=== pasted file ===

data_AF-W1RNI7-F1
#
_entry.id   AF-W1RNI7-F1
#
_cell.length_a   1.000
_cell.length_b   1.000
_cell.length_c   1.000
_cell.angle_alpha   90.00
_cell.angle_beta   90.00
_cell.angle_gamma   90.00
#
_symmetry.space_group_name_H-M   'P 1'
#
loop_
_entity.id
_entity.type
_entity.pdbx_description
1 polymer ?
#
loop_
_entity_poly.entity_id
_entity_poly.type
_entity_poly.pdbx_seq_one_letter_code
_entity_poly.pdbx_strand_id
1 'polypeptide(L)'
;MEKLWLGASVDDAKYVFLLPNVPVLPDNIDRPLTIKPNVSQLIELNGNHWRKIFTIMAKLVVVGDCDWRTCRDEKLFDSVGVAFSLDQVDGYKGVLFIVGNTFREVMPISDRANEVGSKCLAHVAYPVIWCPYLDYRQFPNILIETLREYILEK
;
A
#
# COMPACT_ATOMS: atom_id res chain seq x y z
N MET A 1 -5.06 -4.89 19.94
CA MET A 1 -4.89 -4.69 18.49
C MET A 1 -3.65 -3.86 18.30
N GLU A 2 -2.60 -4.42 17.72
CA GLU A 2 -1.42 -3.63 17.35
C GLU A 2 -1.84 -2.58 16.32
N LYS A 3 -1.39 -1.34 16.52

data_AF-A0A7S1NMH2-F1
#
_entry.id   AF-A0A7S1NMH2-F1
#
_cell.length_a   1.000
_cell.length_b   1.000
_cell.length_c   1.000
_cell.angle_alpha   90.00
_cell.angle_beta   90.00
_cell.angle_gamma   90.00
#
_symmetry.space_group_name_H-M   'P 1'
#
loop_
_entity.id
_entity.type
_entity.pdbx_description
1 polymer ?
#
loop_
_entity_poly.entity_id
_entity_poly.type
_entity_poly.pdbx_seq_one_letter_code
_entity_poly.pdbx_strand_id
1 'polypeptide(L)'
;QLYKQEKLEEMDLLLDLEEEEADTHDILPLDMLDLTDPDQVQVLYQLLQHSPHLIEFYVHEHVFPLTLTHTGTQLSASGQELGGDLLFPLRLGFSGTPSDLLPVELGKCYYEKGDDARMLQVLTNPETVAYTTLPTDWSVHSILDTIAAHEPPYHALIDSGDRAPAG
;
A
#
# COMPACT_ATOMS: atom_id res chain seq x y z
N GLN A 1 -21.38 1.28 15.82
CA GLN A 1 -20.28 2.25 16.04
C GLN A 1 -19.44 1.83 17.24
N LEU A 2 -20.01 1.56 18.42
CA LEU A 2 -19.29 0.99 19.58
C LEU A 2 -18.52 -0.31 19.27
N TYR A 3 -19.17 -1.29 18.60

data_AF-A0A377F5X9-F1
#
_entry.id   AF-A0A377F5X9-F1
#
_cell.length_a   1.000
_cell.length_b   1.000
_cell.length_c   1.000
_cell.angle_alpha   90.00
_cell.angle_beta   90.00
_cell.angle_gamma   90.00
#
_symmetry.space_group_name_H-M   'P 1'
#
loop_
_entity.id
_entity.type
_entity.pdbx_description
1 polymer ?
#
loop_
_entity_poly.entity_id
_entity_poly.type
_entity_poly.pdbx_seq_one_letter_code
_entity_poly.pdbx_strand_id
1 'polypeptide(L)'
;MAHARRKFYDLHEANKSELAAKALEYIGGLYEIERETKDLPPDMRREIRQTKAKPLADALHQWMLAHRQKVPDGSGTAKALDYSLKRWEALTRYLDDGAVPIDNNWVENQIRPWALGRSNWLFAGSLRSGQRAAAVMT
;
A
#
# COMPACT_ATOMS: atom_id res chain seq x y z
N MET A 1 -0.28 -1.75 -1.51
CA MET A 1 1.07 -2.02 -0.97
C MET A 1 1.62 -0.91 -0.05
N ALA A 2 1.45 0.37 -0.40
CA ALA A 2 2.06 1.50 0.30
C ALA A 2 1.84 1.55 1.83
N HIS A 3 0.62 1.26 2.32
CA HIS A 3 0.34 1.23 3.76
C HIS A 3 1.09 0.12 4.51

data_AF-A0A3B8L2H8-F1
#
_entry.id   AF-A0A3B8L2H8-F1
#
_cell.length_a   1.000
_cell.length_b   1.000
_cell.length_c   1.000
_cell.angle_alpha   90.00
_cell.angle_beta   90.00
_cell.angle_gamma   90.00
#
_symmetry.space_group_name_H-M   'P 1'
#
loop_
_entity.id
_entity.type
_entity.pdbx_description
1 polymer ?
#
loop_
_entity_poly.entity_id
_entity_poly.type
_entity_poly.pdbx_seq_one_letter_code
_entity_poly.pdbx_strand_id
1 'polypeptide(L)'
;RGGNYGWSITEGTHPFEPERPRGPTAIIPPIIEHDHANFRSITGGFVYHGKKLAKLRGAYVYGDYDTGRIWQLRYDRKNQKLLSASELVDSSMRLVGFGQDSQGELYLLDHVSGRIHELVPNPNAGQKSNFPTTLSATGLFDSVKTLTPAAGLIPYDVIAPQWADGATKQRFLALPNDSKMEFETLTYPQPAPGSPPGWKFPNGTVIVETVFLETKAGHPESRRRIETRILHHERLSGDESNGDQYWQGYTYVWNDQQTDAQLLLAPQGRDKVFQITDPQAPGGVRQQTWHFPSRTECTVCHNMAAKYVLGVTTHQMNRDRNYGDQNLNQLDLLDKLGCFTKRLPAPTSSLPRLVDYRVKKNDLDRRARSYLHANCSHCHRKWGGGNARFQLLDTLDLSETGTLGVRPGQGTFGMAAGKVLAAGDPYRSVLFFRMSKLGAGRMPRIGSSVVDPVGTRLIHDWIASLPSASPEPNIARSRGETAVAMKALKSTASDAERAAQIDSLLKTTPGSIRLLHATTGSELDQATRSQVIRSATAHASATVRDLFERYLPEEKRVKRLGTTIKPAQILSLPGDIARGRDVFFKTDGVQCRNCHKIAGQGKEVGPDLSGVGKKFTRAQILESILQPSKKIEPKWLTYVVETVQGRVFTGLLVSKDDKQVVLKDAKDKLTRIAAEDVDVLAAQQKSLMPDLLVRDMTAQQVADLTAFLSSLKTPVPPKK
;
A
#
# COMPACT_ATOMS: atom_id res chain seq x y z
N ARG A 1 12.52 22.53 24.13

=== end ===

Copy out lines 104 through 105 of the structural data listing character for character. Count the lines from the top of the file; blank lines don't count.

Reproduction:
# COMPACT_ATOMS: atom_id res chain seq x y z
N MET A 1 -0.28 -1.75 -1.51